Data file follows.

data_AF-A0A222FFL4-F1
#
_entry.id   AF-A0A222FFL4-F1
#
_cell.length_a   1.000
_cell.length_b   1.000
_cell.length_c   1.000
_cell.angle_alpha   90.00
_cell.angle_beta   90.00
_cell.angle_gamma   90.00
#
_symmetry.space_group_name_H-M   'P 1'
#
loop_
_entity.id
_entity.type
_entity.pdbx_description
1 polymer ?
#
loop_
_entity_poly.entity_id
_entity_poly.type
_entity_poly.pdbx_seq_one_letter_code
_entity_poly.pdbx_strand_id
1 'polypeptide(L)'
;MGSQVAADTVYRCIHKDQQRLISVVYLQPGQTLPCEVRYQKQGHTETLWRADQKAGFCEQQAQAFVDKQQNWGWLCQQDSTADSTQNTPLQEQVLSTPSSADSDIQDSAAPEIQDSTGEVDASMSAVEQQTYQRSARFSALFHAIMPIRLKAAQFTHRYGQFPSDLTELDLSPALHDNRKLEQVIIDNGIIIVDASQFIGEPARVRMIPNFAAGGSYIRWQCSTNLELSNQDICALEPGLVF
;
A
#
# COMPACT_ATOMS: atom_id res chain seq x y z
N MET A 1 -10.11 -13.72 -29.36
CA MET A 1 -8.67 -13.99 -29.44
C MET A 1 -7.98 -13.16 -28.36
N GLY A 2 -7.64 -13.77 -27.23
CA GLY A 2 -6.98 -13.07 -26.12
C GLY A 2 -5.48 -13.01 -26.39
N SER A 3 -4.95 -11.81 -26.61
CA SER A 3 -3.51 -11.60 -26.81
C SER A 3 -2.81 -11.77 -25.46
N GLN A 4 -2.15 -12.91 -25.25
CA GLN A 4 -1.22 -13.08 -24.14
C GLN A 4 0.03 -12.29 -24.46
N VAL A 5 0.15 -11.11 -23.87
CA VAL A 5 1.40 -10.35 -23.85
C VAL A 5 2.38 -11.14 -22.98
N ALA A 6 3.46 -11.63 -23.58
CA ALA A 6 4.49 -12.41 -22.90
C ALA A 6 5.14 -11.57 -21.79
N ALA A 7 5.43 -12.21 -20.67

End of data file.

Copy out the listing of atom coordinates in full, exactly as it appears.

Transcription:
data_AF-A0A222FFL4-F1
#
_entry.id   AF-A0A222FFL4-F1
#
_cell.length_a   1.000
_cell.length_b   1.000
_cell.length_c   1.000
_cell.angle_alpha   90.00
_cell.angle_beta   90.00
_cell.angle_gamma   90.00
#
_symmetry.space_group_name_H-M   'P 1'
#
loop_
_entity.id
_entity.type
_entity.pdbx_description
1 polymer ?
#
loop_
_entity_poly.entity_id
_entity_poly.type
_entity_poly.pdbx_seq_one_letter_code
_entity_poly.pdbx_strand_id
1 'polypeptide(L)'
;MGSQVAADTVYRCIHKDQQRLISVVYLQPGQTLPCEVRYQKQGHTETLWRADQKAGFCEQQAQAFVDKQQNWGWLCQQDSTADSTQNTPLQEQVLSTPSSADSDIQDSAAPEIQDSTGEVDASMSAVEQQTYQRSARFSALFHAIMPIRLKAAQFTHRYGQFPSDLTELDLSPALHDNRKLEQVIIDNGIIIVDASQFIGEPARVRMIPNFAAGGSYIRWQCSTNLELSNQDICALEPGLVF
;
A
#
# COMPACT_ATOMS: atom_id res chain seq x y z
N MET A 1 -10.11 -13.72 -29.36
CA MET A 1 -8.67 -13.99 -29.44
C MET A 1 -7.98 -13.16 -28.36
N GLY A 2 -7.64 -13.77 -27.23
CA GLY A 2 -6.98 -13.07 -26.12
C GLY A 2 -5.48 -13.01 -26.39
N SER A 3 -4.95 -11.81 -26.61
CA SER A 3 -3.51 -11.60 -26.81
C SER A 3 -2.81 -11.77 -25.46
N GLN A 4 -2.15 -12.91 -25.25
CA GLN A 4 -1.22 -13.08 -24.14
C GLN A 4 0.03 -12.29 -24.46
N VAL A 5 0.15 -11.11 -23.87
CA VAL A 5 1.40 -10.35 -23.85
C VAL A 5 2.38 -11.14 -22.98
N ALA A 6 3.46 -11.63 -23.58
CA ALA A 6 4.49 -12.41 -22.90
C ALA A 6 5.14 -11.57 -21.79
N ALA A 7 5.43 -12.21 -20.67